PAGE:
Hard-hitting news editor Jim Branch falls for high-society type Sharon Norwood but can't get to first base as he continually makes use of her knowledge of the rich and famous to try to ... See full summary »
Robert Z. Leonard
This film received its USA television premiere in Los Angeles Friday 26 October 1956 on KTTV (Channel 11), followed by Philadelphia Sunday 11 November 1956 on WFIL (Channel 6) and by New York City Sunday 3 February 1957 on WCBS (Channel 2); in San Francisco it was one of the first offerings from their newly acquired MGM film library Saturday 28 December 1957 on KGO (Channel 7) See more »
When the Japanese soldiers confront our hero in the town square, and again when the Japanese set an ambush on the road, they are wearing German "coal scuttle" helmets. In fact, contemporary photographs of the Japanese Army in China (e.g., during the Rape of Nanking) show Japanese soldiers with German army "coal scuttle" helmets, which, obviously, were purchased from Nazi Germany. See more »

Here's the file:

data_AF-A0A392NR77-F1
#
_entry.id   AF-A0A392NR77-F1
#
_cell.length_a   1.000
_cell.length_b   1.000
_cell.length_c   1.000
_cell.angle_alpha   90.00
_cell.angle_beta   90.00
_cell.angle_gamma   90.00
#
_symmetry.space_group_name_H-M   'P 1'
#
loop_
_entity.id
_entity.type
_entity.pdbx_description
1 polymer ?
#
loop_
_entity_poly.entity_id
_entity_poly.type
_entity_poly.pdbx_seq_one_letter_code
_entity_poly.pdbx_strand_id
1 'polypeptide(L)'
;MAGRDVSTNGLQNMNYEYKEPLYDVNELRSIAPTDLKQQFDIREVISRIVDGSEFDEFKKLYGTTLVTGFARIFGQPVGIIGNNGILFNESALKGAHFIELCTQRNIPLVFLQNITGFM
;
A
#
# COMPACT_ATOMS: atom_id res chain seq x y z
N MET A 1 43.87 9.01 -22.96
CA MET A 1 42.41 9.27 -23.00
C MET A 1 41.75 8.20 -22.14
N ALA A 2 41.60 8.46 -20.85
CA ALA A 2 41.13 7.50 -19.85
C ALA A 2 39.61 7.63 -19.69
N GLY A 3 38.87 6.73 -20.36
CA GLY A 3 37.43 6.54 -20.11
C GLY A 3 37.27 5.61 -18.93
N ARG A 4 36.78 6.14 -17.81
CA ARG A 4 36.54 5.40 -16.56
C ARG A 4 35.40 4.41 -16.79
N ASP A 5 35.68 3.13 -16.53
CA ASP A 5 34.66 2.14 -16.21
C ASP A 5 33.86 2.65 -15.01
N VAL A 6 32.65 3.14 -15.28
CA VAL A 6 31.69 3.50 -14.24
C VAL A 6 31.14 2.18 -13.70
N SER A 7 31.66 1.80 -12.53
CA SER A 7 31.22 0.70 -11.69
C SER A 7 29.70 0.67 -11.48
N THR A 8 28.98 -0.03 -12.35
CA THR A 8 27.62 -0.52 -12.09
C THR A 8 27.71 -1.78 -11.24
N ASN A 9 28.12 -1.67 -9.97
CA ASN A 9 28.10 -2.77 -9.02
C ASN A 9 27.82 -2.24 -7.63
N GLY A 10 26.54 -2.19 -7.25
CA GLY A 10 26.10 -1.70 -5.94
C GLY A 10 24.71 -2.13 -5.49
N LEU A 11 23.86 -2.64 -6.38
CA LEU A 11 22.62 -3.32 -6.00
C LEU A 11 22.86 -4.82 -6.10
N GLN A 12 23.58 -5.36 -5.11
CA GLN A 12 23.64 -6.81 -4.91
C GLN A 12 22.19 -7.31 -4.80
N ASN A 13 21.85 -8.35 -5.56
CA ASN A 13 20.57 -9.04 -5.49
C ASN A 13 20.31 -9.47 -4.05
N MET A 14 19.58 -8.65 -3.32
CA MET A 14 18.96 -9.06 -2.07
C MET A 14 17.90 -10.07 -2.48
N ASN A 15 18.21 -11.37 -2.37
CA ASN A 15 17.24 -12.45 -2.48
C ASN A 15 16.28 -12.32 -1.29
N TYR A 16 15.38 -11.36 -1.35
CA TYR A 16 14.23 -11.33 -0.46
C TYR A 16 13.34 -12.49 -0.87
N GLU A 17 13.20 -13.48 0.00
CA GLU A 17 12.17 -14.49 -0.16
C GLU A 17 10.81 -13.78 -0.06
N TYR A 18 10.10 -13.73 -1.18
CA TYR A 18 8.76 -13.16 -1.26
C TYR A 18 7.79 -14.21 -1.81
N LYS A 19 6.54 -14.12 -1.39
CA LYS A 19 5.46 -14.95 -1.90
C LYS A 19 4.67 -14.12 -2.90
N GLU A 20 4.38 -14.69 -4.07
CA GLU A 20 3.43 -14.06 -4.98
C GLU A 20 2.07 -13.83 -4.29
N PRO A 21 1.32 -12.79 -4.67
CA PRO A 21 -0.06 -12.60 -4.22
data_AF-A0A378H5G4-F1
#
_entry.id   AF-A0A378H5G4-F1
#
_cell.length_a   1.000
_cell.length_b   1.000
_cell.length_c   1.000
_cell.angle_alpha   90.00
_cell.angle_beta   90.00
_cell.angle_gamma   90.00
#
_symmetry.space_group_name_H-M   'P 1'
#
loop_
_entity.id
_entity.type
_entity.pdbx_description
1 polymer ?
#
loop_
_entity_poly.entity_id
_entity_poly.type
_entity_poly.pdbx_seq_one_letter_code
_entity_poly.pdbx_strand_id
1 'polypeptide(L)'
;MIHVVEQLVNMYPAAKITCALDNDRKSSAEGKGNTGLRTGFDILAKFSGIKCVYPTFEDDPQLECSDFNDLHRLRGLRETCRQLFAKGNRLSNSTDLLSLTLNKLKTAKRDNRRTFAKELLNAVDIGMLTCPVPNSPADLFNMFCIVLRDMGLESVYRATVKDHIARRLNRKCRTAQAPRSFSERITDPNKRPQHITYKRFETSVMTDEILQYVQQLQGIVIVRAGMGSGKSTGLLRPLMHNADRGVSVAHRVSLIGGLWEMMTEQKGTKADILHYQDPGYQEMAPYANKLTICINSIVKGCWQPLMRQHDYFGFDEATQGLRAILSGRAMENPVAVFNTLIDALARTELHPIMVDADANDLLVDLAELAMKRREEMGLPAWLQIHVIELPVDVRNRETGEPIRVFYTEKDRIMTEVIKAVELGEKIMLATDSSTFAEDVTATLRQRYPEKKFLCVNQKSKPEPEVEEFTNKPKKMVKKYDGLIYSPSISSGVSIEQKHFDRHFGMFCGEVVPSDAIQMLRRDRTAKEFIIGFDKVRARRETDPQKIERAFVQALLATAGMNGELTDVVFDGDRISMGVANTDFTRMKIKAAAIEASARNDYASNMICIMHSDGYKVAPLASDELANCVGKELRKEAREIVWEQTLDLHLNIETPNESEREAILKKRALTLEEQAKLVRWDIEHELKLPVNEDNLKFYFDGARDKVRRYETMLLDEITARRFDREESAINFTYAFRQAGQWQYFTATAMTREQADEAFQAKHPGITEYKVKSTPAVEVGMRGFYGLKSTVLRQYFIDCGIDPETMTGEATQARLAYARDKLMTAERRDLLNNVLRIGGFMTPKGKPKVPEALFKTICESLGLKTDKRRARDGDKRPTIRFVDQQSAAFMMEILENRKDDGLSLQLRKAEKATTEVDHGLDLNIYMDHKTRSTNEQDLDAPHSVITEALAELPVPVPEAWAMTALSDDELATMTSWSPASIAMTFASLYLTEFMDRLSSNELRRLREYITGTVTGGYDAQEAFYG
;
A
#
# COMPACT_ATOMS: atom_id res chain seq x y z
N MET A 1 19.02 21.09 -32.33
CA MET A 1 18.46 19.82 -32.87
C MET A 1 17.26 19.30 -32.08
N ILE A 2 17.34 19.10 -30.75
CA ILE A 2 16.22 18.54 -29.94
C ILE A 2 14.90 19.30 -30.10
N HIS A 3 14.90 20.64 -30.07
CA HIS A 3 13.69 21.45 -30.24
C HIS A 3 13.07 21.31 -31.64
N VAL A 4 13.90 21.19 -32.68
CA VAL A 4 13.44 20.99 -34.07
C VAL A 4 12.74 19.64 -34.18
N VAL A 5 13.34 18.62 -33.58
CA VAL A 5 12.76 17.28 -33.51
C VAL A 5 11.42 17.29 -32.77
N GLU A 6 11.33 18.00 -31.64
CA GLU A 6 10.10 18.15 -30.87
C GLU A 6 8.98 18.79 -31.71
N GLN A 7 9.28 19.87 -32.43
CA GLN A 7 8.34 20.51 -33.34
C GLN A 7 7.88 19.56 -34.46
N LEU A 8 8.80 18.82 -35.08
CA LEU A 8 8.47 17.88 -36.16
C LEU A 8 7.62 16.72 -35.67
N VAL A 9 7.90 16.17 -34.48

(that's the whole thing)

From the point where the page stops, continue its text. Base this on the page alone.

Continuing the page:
It was great to see another little remembered Gable film made before he went off to war. When he was paired with Rosalind Russell in "China Seas", they met in Hong Hong and traveled by ship to Singapore. Here, they meet in Bombay and travel by ship to Hong Kong, under quite different circumstances, as fugitive jewel thieves. In general form, this film reminds me of the later "The Big Steal", a chase thriller-screwball romantic comedy combo in an exotic locale, involving a man and woman, unknown to each other, looking for the same thing. Toward the end, it turns into a forerunner of "The Great Imposter", with Gable successfully fooling the British Hong Kong garrison into believing he is a British officer, who happens to be passing through. This gets him into more hot water than he bargained for, as the Japanese invade Hong Kong(as they actually did less than a year later!). Peter Lorre doesn't fool anyone as the supposedly Chinese captain of the ship taking the thieves to Hong Kong. This is mostly Gable's film. Sometimes, I wondered if I was looking at a deglamourized Heddy Lamarr instead of Rosalind Russell. All in all, an entertaining, if silly, romp, with Gable still looking in peak form and seeming to enjoy himself.
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